“There are other people who do more”: A lot of addicts will use this defense, saying that they are not as bad as others who do more drugs, gamble more, or otherwise indulge more in the addictive habits that they are accused of submitting themselves to. They say that they’re still okay because they haven’t hit rock bottom yet. In the context of work, we can flip this by thinking about other people who have worked harder or achieved more. Compare what you have done with what others have, and see if you can match their accomplishments. On the flip side, if you respond more to negative, cynical viewpoints, maybe you can look at how much worse other people have it; maybe they have to do more work, or their tasks are more demanding, so you should consider yourself fortunate.

When Lies Don’t Work, Go with Mantras

If you don’t want to identify with addicts and their self-lies, that’s okay: there are still some thoughts you can use to get yourself through the ennui and tedium that work sometimes brings.

“Someone’s got to do it”: I have a colleague at work who describes himself as having a “Superman” complex, and I can see why. The guy basically does a lot of different tasks covering a lot of different functions. He’s basically a jack of all trades, and not a week goes by that I don’t admire his tenacity, and his determination to help the team. So that’s one thing you can tap into. Don’t do it for abstract concepts like KPIs, or distant targets like quarterly sales goals. Do it for your team.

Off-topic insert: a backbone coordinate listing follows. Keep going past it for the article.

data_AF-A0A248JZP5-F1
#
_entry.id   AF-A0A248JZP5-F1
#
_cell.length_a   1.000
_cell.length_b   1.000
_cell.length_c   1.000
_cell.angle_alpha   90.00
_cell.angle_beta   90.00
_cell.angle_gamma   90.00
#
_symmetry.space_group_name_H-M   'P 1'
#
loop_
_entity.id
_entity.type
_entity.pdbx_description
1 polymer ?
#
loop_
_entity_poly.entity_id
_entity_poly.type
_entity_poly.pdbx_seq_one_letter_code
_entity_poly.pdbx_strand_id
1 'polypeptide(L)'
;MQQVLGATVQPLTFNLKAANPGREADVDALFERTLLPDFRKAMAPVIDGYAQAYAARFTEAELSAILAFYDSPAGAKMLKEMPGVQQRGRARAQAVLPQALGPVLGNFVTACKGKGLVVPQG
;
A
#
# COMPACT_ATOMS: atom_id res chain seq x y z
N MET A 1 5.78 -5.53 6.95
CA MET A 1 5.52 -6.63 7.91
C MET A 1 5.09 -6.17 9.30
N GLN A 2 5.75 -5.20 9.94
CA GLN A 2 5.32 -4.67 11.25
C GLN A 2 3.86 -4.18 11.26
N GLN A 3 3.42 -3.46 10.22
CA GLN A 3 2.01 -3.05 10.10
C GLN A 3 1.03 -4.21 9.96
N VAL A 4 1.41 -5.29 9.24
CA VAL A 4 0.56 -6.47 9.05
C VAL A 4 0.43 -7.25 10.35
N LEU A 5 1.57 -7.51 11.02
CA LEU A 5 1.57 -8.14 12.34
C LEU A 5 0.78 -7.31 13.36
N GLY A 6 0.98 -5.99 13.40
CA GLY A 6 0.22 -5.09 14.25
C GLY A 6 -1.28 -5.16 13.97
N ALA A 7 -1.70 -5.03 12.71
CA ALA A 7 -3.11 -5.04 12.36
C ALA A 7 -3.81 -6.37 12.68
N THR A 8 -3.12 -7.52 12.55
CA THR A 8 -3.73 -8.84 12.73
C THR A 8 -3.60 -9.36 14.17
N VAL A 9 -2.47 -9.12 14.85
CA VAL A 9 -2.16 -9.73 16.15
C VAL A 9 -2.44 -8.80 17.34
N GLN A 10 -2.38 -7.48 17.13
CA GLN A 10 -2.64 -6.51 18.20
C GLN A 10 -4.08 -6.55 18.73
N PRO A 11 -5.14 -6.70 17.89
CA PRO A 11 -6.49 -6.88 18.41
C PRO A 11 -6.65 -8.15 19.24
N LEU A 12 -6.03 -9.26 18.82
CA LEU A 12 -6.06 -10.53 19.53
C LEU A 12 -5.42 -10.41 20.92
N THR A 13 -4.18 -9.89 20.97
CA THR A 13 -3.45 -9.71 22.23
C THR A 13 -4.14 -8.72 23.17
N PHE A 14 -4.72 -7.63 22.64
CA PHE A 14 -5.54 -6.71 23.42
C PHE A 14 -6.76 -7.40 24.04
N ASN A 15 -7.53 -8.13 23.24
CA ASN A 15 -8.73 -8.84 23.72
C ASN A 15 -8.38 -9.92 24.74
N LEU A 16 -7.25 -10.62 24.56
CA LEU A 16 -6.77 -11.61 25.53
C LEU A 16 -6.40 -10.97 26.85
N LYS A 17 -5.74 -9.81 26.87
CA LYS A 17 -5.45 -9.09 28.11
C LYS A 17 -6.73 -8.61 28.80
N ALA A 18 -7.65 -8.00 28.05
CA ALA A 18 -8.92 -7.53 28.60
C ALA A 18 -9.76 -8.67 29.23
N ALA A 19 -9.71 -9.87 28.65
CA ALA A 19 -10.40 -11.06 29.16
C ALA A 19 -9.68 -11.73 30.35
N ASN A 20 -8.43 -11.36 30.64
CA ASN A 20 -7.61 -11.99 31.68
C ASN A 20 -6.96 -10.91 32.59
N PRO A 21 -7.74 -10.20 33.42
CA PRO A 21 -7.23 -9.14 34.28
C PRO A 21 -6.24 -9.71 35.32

“Work gives life meaning”: Realistically, it’s quite possible that you’re not engaged enough in your company to care much about your team. In that case, you can just try to convince yourself to ignore everything else, and just do the work for the work’s sake. No man should rely on the world to reward him unconditionally; one must channel his talents, skills, and knowledge into a worthy endeavor that adds value to the world. No matter how small your job is, believe that it contributes to society in some way, and doing the work adds more to your character than leisure or laziness ever will.

So, when you find your motivation waning, try changing your mindset. Pretend to be a workaholic, even if you’re not. Maybe you won’t believe it all the way, but then again, you won’t believe how far it can take you, either.

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Start with the Small Wins

What do you do when the hardest part is at the start?

You know what I’m talking about.

Maybe you’re looking at that cursor on your word processor, mocking you as it blinks on and off in the blankness.

Or maybe your mind is whirring at octo-core speeds in the presence of your crush, dismissing conversation starters almost as soon it conceives them in an infinite loop of anxiety.

Or maybe you want to quit smoking and are smoking just one last cigarette–for the hundredth time.